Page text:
09-29-2013 10:22 AM
Myself and my sig other are both 23. We both have around $14k in student loan debt. We both took a break from school at the same time, however I am currently back in school, and he is saying he will be re-enrolling for the spring semester. I am currently rehabbing my federal student loans, and he (to the best of my knowledge) has been paying them as agreed since after he left school. I am also in the process of cleaning up my credit, which was poor due to a couple mistakes of my own and a couple mistakes from my father (you can read about it here if you'd like).
I have a fairly successful career in real estate, and I am going to school for Interior Design. He works full time in customer service. I am defintely the breadwinner in the relationship. He plans on finishing his degree in teaching. We would like to eventually move out of state, and my main concern is having a healthy credit portfolio for when we need to apply for a place to rent, and then eventually when we would like to buy a house and procure a mortgage.
The issue is...I've been very open about my credit rebuilding and my financial challenges. I have a SCC with a CL of $500, and I also have a store card with a CL of $250. I had at one time a car loan that has been PIF, never late, for around $8k. So I am not necessarily new to having credit. However, besides his student loans, he does not have a CC nor has he had a car payment. We are currently renting from his mother to save money while we're (well I'm) in school. I have approached him on the topic of getting a CC, and even explained to him that you don't have to max it out every month, that 1%-9% utlization is idea, ect. I've also approached the subject of him procuring a small car loan (something like $3k or $3.5k). Every time I bring up these subjects, he shuts me down and says he "does not have the money" or has "no interest in a car loan or CC". I don't want to nag him, but I'd also like us to be set for the future.
We've been together since we were 13, so it is a long standing relationship with a lot of mutual trust and respect. I'm just trying to set us up for success when we are forced out into the real world. But it's almost as if he's not ready to start thinking about those things. I know money/credit/finances are sometimes a touchy subject, but why oh why can we communicate about everything under the sun except for this?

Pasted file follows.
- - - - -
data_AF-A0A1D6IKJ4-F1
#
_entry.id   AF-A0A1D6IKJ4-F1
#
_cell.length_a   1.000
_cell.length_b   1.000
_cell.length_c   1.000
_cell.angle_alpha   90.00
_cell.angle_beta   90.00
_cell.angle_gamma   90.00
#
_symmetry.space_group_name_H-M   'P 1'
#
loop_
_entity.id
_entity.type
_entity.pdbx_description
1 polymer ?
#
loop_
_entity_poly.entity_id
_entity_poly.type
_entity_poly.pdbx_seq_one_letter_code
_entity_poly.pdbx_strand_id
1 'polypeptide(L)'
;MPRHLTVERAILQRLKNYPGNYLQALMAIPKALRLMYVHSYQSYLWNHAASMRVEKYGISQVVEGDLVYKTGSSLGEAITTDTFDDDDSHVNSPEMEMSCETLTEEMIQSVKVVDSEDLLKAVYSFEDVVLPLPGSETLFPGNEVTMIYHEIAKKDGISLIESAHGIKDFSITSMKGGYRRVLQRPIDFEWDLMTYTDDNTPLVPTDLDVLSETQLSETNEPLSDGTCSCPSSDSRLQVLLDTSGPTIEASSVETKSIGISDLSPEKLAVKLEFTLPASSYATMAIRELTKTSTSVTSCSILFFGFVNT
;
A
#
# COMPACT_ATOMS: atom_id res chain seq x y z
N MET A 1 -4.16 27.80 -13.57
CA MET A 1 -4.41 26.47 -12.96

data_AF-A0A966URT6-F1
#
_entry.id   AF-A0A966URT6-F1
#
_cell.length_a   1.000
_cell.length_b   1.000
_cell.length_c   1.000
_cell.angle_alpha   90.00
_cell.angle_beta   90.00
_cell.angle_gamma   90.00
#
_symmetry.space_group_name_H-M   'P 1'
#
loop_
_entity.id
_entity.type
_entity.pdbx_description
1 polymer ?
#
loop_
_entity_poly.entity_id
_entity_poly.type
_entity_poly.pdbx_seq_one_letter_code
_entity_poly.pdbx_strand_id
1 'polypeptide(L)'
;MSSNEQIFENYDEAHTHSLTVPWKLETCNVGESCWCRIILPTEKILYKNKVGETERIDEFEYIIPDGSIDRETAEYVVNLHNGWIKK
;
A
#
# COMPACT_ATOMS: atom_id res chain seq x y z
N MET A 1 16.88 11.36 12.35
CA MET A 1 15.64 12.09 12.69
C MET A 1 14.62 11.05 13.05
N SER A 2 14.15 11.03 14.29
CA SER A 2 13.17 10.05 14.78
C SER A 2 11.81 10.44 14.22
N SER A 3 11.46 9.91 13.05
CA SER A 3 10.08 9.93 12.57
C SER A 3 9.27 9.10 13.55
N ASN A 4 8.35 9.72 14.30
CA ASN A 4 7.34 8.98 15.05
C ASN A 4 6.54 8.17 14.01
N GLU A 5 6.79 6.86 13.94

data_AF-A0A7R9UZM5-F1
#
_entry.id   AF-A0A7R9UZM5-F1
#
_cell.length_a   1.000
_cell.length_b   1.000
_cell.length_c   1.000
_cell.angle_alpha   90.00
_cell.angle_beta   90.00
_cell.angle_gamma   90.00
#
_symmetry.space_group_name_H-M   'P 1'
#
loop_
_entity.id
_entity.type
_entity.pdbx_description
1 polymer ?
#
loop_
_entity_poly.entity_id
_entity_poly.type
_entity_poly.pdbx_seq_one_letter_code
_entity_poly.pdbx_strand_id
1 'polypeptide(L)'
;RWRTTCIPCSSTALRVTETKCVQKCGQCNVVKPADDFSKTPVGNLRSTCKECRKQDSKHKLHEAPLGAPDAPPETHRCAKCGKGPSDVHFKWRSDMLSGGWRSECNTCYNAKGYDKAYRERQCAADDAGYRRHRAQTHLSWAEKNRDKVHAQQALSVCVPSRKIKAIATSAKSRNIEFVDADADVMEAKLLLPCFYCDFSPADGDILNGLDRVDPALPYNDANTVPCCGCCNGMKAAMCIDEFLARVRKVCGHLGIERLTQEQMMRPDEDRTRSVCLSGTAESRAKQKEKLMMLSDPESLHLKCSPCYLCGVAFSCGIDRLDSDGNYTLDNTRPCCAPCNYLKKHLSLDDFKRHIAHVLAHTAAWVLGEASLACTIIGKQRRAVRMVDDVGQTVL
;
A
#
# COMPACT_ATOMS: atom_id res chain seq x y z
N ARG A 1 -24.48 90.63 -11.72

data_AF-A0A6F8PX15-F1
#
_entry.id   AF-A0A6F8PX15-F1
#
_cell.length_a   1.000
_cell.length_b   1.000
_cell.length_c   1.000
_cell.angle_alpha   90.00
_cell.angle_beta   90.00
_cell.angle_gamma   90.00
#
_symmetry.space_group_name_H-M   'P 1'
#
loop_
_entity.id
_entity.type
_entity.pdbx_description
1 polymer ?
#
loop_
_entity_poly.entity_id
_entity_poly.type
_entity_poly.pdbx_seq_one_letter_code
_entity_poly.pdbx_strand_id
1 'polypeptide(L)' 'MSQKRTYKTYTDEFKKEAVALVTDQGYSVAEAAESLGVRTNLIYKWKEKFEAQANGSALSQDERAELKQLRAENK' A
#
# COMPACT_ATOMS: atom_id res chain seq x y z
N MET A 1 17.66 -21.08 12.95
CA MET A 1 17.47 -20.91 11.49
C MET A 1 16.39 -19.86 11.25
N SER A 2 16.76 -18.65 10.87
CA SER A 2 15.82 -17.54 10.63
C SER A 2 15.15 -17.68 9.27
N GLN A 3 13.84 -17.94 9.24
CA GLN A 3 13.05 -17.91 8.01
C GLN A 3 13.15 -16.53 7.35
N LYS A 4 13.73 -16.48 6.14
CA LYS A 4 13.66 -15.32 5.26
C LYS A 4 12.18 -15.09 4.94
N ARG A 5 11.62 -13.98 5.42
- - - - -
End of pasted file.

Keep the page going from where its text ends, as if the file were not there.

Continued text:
10-04-2013 01:51 AM - edited 10-04-2013 01:53 AM
I don't have an answer for the underlying issue, but you can add him as an AU on your cards going forward, or simply get everything possible as a joint account though this is harder to do now with recent changes. It's not quite the same, but otherwise if you're the breadwinner as you suggest, you may wind up having to qualify for certain products on your own, but there are a bunch of relationships historically which do just fine financially when one of the individuals doesn't have a single tradeline in their name.
His SL's will keep him out of thin file status for a while: it's not ideal from a credit report perspective as you intimate, but if you can get a few shared acounts on there, with little to no risk to your report as it doesn't sound like he'd want to use them anyway, I think you can accomplish 95% or better if he simply approves putting some of your or shared cards which you offer to manage completely on his report.
There will probably be some trigger point in life where he'll want or need a credit card: renting a car was my personal one after more than a decade on a cash based existence, but it's a hard one to get around: some people simply have an aversion to credit cards or any form of debt they don't absolutely need. Not a bad person, just a little awkward in the modern credit-based economy.
10-04-2013 07:17 AM
Aversion is a light way of putting it, they're a pain in the butt =)
But if he trusts you to manage the cards well, adding him as an AU and keep the card could only help him just as Revelate said.
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10-29-2013 11:39 AM
Adding him as an AU on your cards is definitely a smart move. I would also recommend opening up a joint account. This is definitely a touchy subject, some people just don’t EVER want to discuss money matters, but unfortunately it is important to be able to discuss these things with your significant other. Tread lightly when you bring up these conversations but also make it clear that you need to both be on the same page with your financial situations and goals. Your significant other needs to realize that your individual finances definitely effect each other’s lives, especially if marriage is in the future.
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